A college athlete, fashion model and expert horseman, Brings Plenty told Cowboy State Daily that when he was growing up on the Cheyenne River Reservation in northern South Dakota, he never imagined a future like the one he’s living.
“If you look at life expectancy on the reservation, people think that there won't ever be a possibility of becoming an actor or becoming an artist, musician, anything like that,” he said. “We always thought that we would become a police officer or something, get an adult job, whatever opportunities certain reservations have.”
Brings Plenty said he would like to use his success in the television industry as a beacon of hope for other young people like him, which is one of the reasons he agreed to his uncle Mo’s request to appear at the MMIP Powwow in Dayton.
“Being a part of the show, you know, Natives penetrating the mainstream, it shows that there's more opportunities out there as a tribal member, rather than the lack of opportunities that are present on the reservation,” he said.
Close To Home
For “1883” actor Stephen Yellowtail (who was also runner up on the reality television show “Ultimate Cowboy Showdown”), the powwow was very personal.
A native of Wyola just across the Montana border, Yellowtail is a graduate of Tongue River High School.
He told Cowboy State Daily that a family friend in the television industry offered him the opportunity to be a stunt double on “1883,” which is when his life took a major turn.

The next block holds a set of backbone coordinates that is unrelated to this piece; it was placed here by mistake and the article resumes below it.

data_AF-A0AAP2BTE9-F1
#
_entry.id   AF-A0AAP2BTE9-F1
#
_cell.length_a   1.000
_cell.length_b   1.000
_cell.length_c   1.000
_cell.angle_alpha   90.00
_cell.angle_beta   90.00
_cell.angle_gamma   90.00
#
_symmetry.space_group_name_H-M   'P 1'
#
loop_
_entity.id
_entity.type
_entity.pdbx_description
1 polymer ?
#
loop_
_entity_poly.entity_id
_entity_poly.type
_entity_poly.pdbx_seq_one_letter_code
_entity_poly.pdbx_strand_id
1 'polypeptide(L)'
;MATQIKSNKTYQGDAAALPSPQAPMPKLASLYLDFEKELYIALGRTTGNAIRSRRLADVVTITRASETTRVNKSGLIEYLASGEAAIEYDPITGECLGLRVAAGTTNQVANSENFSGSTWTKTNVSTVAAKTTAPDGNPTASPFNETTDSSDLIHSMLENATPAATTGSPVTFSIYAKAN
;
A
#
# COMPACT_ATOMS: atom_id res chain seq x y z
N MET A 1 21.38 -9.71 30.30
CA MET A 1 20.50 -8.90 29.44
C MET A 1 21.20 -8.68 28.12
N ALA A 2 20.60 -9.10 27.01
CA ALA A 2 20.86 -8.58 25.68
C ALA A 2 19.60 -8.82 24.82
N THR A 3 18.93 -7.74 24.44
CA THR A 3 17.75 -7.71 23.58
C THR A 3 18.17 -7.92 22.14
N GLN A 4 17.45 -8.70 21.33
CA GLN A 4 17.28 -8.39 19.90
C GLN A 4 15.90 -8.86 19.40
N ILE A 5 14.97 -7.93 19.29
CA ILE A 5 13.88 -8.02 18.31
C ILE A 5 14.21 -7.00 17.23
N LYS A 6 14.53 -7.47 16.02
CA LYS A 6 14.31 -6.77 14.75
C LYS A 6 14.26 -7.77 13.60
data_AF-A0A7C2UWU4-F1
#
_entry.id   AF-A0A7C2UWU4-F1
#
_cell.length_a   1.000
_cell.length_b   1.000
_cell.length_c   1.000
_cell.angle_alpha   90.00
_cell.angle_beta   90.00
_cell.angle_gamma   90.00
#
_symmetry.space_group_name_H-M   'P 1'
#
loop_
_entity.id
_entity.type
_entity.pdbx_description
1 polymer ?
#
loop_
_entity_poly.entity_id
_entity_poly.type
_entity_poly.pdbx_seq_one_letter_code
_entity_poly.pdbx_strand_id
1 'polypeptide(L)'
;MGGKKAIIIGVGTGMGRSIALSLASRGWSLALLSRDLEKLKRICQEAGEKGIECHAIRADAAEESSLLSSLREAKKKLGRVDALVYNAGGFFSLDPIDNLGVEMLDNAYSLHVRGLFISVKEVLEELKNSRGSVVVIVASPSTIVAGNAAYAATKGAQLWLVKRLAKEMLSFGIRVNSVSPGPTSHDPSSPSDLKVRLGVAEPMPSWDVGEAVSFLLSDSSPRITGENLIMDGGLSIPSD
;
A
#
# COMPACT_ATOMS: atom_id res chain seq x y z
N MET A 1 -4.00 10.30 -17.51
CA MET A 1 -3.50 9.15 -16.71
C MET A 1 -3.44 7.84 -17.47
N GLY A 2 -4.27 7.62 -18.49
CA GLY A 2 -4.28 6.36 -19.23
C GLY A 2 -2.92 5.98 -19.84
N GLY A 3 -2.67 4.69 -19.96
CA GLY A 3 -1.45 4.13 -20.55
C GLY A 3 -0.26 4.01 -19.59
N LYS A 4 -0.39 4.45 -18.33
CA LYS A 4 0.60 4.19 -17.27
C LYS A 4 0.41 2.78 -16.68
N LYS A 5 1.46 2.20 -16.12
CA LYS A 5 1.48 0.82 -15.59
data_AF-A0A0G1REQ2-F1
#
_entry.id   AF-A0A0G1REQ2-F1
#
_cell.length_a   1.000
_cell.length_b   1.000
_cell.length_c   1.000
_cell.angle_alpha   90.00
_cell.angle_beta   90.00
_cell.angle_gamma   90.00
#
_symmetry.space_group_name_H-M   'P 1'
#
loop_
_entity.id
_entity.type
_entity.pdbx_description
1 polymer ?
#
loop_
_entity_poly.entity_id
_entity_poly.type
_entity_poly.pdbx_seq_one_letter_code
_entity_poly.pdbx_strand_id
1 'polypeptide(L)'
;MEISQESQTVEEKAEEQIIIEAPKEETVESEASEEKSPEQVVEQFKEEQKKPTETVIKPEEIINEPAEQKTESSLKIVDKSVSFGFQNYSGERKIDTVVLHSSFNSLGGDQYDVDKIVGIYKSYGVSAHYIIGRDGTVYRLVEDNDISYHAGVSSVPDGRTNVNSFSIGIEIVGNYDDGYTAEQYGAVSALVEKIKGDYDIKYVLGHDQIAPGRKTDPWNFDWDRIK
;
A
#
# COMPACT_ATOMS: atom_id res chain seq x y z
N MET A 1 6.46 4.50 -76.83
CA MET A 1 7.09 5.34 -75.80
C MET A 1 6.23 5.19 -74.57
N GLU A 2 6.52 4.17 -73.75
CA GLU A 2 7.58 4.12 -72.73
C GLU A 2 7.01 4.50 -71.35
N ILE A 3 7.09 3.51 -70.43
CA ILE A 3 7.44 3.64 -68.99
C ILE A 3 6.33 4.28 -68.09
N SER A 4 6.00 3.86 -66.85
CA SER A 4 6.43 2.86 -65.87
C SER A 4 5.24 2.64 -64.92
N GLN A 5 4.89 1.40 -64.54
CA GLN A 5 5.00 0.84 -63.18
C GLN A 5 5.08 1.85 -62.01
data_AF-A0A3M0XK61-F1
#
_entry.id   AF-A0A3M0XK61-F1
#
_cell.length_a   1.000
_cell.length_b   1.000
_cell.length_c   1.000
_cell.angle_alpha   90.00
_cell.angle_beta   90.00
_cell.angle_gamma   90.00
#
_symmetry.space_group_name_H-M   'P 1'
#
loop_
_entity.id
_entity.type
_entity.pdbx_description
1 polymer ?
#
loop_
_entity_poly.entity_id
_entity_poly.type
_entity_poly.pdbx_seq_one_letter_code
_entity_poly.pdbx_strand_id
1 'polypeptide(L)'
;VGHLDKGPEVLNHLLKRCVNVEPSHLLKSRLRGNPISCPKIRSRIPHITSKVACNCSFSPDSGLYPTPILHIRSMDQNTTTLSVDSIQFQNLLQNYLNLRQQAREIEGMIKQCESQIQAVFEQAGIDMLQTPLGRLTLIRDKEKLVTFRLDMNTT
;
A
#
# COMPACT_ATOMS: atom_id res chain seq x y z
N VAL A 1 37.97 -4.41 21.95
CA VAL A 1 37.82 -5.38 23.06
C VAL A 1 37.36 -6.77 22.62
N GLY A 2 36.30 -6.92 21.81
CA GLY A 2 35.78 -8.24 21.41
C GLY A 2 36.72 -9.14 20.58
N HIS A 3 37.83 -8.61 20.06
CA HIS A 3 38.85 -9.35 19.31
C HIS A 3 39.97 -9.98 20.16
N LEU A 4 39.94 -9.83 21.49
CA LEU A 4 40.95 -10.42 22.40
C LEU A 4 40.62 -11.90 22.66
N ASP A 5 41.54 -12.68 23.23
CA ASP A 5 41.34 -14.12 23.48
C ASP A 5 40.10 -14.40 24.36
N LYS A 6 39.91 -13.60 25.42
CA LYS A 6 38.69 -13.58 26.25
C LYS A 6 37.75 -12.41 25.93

“I was able to make connections, just kind of network and grow from there,” said Yellowtail, who still lives in Ranchester and is a fourth-generation rancher on the Crow reservation.
He said he saw Thursday’s event as an opportunity to provide a bridge between the native and non-native communities, educating all about the people who have gone missing and what he sees as a lack of resources on both sides.
“I have had several relatives that have gone missing,” he said. “And so this event really hits home.”
Shedding Light On A Dark Subject
Bearshield pointed out that just in the tribes here in the Rocky Mountain West region, there are more than 5,000 missing Native Americans. But according to the Department of Interior, only around 100 have actually been reported.
Bearshield said the young actors showcased accomplishments of Native American young men, inspiring others like them to see a brighter future.
“This type of event brings the community together, and they can see these amazing stars and these amazing Native American actors that have accomplished so much,” he said.
Wassana said that he is glad for any opportunity to raise the profile of Native American people.
“That's just how it's always been for Native American people, we're thought of as less, we don't get treated the same,” he said. “So any way that we can fight and that we can push to raise awareness, to bring our voices to where they should and where they need to be, especially with this specific issue, is always important.”
Brings Plenty agreed.
“With Natives like us penetrating the mainstream, we are finally able to shed light on the issues on reservations as well,” he said, “because there's not a lot of coverage of missing and murdered indigenous people.”